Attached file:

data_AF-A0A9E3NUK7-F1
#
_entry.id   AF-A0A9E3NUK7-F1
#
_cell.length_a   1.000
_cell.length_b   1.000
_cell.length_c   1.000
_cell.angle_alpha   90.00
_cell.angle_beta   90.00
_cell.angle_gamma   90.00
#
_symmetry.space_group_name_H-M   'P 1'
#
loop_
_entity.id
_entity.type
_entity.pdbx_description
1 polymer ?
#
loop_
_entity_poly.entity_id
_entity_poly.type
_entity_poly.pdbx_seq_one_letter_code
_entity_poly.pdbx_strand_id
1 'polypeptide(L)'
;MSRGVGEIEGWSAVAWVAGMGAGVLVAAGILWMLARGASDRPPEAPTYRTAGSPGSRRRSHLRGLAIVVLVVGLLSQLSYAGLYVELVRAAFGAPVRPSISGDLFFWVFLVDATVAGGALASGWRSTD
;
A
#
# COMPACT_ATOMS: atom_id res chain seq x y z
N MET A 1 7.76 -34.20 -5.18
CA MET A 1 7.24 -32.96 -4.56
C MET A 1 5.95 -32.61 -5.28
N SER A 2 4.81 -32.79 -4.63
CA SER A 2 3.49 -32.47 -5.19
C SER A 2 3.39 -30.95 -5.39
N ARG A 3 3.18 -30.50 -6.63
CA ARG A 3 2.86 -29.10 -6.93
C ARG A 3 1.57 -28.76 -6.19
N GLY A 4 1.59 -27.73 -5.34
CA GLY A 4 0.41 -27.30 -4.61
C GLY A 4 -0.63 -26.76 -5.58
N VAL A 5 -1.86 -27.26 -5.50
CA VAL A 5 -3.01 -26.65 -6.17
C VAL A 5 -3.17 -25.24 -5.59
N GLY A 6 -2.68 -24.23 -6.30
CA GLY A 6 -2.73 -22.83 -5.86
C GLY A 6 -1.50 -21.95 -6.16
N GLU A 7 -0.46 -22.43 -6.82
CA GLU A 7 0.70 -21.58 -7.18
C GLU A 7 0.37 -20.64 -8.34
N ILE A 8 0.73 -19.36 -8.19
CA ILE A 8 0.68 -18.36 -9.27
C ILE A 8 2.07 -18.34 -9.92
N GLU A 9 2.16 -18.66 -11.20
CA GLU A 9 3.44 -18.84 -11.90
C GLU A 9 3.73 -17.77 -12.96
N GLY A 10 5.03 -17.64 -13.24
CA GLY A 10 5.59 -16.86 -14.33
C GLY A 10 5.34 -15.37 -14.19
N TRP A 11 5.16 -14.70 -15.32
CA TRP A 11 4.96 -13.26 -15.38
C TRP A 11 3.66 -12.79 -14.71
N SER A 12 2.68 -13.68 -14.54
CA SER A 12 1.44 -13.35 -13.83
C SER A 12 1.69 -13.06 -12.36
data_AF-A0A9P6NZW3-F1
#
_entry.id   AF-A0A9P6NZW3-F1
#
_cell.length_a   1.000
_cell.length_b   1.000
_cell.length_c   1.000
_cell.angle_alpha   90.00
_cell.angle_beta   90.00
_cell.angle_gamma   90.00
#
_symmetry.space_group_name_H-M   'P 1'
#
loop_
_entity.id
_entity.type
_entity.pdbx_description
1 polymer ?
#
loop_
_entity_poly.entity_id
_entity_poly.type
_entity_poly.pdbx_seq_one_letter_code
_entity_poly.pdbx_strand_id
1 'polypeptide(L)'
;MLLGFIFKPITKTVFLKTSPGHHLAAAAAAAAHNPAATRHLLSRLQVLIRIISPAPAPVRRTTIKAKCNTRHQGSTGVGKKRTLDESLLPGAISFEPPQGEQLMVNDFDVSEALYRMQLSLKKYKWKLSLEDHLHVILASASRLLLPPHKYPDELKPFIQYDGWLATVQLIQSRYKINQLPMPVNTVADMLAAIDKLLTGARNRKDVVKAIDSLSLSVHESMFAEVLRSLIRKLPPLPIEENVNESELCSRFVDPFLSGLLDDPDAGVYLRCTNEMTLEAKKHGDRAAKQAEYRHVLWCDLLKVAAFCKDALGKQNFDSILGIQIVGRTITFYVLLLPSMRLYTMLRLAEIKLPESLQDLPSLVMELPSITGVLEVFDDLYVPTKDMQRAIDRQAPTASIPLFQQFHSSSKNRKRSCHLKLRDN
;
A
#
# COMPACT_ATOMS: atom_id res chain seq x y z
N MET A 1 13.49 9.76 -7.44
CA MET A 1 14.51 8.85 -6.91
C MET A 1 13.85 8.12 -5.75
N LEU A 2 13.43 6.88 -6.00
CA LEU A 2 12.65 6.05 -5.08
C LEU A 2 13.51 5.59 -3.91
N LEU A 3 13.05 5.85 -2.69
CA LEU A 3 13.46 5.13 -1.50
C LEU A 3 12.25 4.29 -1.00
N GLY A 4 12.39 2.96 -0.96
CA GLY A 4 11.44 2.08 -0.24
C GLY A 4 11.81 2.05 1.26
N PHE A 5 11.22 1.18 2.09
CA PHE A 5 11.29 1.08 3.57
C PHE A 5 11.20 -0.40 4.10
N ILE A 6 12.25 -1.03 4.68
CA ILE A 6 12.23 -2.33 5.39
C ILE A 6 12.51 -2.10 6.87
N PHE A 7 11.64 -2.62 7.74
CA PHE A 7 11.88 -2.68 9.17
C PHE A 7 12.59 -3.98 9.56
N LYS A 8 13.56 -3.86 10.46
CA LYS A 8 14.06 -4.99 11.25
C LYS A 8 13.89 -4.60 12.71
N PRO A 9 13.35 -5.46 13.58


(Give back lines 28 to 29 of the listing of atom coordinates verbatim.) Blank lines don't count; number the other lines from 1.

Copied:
A
#